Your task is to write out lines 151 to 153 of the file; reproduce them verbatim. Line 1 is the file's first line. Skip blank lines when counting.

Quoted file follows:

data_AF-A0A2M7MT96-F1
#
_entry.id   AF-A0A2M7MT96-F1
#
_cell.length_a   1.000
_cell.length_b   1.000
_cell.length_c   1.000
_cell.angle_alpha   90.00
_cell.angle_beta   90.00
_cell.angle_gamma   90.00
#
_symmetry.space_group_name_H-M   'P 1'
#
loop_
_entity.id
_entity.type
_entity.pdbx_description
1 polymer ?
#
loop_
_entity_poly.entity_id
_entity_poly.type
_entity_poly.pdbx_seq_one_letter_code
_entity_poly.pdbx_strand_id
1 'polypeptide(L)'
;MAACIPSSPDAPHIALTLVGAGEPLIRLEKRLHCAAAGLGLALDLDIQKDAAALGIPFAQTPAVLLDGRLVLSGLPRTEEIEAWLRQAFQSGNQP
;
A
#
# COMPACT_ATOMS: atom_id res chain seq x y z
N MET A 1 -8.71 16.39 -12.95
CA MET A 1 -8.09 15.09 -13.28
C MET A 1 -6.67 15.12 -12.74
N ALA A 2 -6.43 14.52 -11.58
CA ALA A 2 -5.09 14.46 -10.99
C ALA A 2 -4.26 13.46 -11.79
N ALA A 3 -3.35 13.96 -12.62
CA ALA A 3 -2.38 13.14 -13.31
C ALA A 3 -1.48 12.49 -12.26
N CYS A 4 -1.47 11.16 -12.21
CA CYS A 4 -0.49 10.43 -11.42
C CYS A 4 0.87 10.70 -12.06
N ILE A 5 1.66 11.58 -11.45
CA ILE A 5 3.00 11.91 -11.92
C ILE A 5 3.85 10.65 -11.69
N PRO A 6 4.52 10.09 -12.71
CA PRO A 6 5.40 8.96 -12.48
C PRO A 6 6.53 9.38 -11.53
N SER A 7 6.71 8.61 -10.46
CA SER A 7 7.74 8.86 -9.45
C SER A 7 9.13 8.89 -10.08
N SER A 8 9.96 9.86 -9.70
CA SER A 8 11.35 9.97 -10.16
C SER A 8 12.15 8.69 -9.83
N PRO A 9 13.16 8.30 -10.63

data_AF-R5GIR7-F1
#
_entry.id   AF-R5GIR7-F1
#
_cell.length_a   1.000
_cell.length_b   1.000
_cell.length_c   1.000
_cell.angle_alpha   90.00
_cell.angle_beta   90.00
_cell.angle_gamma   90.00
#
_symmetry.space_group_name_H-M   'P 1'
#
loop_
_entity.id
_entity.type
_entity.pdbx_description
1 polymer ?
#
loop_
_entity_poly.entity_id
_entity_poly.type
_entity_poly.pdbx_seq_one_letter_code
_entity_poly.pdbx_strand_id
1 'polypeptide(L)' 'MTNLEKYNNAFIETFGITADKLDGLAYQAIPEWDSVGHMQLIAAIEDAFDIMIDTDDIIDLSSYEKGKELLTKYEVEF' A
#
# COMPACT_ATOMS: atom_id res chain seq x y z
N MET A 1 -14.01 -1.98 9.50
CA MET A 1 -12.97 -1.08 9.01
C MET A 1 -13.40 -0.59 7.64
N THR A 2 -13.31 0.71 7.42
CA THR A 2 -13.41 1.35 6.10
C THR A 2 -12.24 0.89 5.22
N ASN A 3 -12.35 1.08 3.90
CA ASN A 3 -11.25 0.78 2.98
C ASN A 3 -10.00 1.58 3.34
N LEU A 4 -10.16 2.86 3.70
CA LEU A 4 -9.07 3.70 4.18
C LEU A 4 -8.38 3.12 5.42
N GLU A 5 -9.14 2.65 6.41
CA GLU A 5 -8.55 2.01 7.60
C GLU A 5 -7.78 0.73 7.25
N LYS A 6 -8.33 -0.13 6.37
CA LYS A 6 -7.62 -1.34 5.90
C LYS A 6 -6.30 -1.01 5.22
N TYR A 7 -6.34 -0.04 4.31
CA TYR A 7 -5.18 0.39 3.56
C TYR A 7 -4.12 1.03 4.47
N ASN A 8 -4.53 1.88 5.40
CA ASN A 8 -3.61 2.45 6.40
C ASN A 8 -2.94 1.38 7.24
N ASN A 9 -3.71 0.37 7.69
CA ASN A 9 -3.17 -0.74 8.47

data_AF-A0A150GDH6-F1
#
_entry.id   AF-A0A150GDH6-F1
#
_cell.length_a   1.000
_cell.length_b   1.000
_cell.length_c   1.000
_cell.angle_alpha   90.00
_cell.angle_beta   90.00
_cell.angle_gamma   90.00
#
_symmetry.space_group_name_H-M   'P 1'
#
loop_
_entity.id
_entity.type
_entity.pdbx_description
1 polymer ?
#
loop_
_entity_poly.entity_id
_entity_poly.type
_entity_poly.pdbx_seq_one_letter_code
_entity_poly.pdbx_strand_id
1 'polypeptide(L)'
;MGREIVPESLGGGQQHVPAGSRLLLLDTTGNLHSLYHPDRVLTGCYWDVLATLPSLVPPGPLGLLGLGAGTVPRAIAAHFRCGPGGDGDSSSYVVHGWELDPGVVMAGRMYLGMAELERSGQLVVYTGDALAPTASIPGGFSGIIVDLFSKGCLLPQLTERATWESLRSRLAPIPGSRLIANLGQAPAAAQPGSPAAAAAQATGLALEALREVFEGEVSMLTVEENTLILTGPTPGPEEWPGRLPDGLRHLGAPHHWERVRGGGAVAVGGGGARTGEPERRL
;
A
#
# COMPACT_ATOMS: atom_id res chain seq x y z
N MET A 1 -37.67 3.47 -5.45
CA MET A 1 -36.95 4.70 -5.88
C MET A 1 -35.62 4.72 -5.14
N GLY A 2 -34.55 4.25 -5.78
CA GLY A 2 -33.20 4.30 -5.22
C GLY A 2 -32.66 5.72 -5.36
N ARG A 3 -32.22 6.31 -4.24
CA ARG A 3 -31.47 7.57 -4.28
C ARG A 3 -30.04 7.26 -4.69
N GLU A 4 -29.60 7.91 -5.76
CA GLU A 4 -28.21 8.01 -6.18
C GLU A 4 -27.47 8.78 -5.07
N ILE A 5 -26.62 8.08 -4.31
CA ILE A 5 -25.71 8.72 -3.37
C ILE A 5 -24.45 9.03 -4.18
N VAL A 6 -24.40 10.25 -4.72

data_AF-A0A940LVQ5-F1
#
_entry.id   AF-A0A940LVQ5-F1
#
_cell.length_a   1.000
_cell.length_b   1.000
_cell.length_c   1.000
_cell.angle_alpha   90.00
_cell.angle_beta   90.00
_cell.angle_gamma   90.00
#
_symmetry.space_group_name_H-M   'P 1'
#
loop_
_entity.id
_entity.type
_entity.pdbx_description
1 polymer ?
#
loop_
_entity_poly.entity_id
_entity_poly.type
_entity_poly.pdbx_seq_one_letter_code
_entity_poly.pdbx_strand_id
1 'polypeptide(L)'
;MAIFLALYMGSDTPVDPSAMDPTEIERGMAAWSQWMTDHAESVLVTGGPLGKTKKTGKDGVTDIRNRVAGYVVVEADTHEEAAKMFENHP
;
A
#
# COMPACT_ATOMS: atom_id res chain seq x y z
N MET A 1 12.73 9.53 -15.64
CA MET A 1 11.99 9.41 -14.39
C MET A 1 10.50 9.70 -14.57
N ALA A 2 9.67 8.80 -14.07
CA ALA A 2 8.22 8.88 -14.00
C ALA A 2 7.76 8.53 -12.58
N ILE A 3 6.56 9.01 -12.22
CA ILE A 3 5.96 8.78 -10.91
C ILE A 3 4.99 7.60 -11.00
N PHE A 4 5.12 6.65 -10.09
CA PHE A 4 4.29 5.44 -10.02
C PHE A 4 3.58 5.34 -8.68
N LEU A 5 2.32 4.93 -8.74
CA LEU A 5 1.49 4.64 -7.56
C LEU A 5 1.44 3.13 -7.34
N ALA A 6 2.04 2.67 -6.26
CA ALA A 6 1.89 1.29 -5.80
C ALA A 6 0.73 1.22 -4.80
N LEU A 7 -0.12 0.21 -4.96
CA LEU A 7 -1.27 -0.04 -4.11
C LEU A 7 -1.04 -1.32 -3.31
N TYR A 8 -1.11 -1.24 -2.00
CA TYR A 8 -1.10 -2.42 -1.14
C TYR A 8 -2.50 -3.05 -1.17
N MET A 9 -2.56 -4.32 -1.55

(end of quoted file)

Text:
N ILE A 5 -26.62 8.08 -4.31
CA ILE A 5 -25.71 8.72 -3.37
C ILE A 5 -24.45 9.03 -4.18